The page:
Union Workers Lose Health Coverage as Con Ed Lockout Continues

Talks broke down Sunday after the workers' contract expired at midnight

By Andrew Siff
|  Thursday, Jul 5, 2012  |  Updated 10:44 AM EDT
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On the fourth day of the labor dispute affecting 8,000 Consolidated Edison workers, union members on the picket line learned their health benefits are no longer active. Andrew Siff reports.

On the fourth day of the labor dispute affecting 8,000 Consolidated Edison workers, union members on the picket line learned their health benefits are no longer active. Andrew Siff reports.

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On the fourth day of the labor dispute affecting 8,000 Consolidated Edison workers, union members on the picket line learned their health benefits are no longer active.

"I have little kids who need medical attention, and now I gotta worry about them getting sick until this is resolved," said Craig Murdock, a union member.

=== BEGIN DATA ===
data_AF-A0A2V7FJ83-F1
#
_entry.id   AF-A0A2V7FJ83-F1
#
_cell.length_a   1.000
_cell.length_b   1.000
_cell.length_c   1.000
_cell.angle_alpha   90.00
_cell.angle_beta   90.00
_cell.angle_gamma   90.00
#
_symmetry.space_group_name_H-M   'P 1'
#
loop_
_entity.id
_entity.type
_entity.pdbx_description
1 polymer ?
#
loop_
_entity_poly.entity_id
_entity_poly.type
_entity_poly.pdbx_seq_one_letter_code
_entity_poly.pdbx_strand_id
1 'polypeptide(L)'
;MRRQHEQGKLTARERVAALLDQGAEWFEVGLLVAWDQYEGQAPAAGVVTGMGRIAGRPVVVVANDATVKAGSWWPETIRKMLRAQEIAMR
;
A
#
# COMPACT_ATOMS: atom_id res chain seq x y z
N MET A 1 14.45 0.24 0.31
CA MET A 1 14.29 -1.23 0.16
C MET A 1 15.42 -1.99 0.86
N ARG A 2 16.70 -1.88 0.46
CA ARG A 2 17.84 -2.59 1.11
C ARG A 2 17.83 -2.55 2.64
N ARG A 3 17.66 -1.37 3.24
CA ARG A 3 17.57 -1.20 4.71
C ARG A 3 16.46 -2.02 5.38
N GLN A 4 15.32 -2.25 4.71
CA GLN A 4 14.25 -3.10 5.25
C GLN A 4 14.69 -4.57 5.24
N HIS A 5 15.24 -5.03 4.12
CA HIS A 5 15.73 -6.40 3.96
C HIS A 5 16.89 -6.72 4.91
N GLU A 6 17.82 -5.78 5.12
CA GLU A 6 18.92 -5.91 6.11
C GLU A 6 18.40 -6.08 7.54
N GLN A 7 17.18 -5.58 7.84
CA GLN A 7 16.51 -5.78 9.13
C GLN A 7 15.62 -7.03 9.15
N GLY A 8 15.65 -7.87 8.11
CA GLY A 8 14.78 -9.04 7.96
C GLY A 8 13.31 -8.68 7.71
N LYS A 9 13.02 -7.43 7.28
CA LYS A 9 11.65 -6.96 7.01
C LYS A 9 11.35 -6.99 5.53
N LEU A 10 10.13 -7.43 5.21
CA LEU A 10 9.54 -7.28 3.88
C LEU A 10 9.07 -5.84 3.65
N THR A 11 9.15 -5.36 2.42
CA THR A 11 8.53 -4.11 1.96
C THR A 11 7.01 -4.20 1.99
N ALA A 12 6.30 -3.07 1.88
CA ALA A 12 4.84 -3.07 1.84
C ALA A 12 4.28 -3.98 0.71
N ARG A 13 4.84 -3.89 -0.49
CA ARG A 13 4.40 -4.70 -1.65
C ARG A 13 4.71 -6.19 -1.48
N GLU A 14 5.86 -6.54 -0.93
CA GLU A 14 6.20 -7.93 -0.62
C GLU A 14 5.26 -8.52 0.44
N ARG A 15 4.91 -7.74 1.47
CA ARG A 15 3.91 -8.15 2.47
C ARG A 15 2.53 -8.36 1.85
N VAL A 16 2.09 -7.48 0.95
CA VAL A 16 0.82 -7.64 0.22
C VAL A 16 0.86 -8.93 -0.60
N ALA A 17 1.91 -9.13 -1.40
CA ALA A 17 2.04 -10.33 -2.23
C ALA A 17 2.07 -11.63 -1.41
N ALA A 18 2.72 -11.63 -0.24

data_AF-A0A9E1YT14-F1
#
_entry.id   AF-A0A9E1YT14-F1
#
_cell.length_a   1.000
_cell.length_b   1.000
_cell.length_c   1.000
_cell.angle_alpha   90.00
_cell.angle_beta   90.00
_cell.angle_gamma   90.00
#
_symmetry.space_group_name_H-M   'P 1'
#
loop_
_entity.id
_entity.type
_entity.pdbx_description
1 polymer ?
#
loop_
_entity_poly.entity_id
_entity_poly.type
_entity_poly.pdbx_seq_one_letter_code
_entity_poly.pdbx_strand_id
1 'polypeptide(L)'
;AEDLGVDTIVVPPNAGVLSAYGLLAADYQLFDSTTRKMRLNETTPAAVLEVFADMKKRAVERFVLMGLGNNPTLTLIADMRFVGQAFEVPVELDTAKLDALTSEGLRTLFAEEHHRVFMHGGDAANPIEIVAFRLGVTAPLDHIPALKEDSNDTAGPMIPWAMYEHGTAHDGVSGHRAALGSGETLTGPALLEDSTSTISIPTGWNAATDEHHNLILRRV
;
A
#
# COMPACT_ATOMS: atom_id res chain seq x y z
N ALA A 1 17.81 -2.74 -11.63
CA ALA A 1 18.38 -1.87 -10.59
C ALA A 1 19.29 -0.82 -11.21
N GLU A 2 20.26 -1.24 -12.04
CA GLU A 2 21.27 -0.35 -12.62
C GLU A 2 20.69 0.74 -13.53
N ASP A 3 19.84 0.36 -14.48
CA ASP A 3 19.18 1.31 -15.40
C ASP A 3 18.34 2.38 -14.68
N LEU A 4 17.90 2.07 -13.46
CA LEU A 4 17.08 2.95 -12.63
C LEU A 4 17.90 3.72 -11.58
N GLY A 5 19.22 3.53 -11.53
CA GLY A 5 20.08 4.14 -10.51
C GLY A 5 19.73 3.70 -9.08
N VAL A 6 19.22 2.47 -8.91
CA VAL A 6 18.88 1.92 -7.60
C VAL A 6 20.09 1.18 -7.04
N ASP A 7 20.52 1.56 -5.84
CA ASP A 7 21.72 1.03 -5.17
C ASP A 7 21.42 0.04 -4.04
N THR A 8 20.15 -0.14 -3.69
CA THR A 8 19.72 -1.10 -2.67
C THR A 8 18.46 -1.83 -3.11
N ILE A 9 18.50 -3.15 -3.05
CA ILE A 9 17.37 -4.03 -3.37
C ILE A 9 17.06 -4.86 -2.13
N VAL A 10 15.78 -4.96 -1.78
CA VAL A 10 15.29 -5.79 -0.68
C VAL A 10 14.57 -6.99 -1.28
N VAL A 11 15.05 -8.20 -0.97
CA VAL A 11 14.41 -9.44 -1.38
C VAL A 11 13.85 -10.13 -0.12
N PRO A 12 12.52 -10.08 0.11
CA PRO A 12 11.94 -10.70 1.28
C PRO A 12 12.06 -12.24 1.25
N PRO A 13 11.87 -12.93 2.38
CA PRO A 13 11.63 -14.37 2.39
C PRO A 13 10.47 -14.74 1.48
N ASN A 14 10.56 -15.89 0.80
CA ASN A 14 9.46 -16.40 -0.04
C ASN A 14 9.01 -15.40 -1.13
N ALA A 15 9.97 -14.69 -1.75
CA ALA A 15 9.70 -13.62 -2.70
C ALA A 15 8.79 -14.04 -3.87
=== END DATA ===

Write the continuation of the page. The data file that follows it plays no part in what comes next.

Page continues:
Thousands of unionized workers have been locked out since negotiations broke down early Sunday. The company and the union are scheduled to meet Thursday.

On Wednesday, the company confirmed it canceled medical coverage, but said COBRA is available to locked-out workers who want to sign up.

Meter reader Nicole Stone said that insurance costs too much money.  

"Who has $500 and change to pay for COBRA? You have to pay that upfront before you get any coverage," Stone said.

Union members said they were already upset that Con Edison replaced them with managers over the weekend. A handful of those supervisors have been injured since taking over, including one manager Wednesday who burned his face while in a manhole on the Upper West Side.

While negotiations resume Thursday, some worry the lockout could become an extended work stoppage.

"They're talking tomorrow, they're gonna meet for the first time. And we found out today our benefits are canceled. Does that sound like they are bargaining in good faith?" Bob Vuono, a member of the union's executive board, said Wednesday.

Con Ed said it offered to extend the contract to union members two weeks, which would have continued health coverage through July, but the union leadership refused.

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